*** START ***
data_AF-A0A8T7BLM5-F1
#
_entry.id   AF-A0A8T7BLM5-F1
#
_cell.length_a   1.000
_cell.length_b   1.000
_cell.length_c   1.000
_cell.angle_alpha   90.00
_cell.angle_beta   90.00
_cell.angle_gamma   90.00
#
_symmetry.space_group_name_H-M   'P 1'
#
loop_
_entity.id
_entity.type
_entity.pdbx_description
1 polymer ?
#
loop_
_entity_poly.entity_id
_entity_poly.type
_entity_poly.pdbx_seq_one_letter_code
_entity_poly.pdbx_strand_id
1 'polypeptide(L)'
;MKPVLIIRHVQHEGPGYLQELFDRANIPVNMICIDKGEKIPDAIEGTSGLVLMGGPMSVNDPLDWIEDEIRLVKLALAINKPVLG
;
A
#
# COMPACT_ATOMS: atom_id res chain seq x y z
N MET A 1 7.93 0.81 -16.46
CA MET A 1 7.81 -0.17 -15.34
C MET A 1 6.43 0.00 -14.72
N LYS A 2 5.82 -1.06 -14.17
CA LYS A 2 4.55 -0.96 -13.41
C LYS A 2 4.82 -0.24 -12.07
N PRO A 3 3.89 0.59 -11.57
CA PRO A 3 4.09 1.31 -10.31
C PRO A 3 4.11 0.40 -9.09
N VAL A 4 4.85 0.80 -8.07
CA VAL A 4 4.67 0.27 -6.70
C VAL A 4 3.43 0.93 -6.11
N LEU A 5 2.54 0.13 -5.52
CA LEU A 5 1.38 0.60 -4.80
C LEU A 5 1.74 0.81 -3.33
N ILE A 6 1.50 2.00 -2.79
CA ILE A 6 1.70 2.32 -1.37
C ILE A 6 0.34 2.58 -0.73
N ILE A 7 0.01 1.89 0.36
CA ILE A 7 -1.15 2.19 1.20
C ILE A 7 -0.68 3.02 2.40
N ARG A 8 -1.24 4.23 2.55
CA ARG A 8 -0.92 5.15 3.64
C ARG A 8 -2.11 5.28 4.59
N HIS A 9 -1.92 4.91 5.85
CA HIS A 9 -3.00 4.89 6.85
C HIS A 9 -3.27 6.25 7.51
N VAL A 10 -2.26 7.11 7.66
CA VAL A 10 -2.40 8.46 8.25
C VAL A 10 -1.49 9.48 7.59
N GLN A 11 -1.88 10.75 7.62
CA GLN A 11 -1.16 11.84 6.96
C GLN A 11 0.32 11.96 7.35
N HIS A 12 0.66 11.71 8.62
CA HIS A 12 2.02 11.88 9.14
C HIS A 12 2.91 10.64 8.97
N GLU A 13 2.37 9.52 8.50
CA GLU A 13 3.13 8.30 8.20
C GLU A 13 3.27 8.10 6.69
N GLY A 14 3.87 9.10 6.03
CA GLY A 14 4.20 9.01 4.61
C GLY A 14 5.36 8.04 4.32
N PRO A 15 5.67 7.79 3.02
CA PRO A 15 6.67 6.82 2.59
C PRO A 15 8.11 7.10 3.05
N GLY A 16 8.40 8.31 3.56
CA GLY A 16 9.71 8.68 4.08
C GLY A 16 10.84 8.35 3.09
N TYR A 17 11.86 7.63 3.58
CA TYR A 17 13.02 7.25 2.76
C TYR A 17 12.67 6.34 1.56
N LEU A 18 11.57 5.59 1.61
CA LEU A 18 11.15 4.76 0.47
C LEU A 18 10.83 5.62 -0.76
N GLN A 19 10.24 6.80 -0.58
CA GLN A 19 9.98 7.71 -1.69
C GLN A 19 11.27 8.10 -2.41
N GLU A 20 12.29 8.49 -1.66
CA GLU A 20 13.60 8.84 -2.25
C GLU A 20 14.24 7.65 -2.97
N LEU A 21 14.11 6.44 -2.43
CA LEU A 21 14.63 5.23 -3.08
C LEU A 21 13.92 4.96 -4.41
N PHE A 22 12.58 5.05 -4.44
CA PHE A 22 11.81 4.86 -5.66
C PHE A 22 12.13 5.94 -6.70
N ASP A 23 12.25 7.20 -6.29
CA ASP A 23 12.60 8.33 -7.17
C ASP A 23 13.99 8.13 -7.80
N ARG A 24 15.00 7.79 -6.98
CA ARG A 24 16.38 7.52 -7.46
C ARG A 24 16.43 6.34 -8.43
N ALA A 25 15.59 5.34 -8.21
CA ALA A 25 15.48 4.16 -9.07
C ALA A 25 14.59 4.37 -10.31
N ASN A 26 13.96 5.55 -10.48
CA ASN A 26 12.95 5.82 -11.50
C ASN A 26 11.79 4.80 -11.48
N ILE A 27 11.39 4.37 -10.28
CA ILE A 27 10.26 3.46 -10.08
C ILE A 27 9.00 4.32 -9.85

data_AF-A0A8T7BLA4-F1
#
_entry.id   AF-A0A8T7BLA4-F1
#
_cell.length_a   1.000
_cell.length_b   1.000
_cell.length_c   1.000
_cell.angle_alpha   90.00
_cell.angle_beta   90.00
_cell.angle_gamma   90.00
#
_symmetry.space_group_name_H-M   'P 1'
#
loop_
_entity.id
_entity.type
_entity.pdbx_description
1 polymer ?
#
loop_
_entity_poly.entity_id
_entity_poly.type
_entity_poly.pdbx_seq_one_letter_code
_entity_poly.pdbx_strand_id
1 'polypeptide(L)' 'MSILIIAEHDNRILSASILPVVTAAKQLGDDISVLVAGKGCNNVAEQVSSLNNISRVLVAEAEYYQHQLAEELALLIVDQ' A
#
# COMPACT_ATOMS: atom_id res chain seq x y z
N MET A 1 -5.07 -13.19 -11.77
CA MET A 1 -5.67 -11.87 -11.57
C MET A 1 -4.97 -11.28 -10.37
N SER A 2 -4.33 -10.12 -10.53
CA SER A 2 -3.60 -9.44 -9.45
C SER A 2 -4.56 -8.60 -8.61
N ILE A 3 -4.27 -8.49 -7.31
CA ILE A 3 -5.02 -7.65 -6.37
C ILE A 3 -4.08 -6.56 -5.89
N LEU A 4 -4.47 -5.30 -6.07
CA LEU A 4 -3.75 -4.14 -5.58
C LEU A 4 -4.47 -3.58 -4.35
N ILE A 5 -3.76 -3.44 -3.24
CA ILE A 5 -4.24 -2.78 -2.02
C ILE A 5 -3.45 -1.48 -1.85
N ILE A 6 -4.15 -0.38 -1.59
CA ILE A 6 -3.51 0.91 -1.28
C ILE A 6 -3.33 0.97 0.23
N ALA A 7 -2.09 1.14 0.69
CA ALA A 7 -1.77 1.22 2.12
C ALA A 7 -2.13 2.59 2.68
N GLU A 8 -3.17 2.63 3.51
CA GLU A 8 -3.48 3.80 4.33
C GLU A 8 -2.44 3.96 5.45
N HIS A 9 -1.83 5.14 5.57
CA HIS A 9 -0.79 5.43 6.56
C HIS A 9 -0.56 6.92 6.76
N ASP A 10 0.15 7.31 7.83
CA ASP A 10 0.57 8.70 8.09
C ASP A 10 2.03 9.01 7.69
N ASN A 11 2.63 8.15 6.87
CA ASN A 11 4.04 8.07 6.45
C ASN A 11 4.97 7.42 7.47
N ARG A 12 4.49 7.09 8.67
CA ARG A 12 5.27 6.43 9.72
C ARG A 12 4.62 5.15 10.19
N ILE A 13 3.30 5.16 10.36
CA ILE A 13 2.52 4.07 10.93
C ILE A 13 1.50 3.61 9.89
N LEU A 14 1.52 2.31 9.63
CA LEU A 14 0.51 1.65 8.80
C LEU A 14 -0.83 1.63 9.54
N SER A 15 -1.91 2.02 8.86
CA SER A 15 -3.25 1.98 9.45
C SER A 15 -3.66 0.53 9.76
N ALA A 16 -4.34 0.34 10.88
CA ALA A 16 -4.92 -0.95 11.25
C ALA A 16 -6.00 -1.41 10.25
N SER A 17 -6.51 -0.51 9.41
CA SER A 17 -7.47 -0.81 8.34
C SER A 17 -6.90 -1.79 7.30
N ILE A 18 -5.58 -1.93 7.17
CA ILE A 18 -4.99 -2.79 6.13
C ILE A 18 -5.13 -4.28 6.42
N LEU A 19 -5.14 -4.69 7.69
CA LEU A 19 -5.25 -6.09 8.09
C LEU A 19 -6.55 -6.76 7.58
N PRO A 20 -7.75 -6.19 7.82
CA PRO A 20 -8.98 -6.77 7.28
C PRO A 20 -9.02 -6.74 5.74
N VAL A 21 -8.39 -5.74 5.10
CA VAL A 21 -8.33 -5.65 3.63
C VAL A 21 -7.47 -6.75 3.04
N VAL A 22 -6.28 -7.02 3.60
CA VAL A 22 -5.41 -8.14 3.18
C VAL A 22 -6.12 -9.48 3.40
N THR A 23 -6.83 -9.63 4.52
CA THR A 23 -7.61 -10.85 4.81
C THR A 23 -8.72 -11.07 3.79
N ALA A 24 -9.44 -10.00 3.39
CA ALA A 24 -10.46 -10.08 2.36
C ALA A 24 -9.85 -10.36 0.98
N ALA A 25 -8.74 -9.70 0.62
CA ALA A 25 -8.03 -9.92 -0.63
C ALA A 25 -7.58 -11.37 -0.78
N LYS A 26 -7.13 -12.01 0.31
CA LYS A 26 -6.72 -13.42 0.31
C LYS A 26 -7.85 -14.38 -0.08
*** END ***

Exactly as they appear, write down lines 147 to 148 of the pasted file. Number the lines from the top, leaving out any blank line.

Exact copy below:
C ILE A 3 -4.08 -6.56 -5.89
N LEU A 4 -4.47 -5.30 -6.07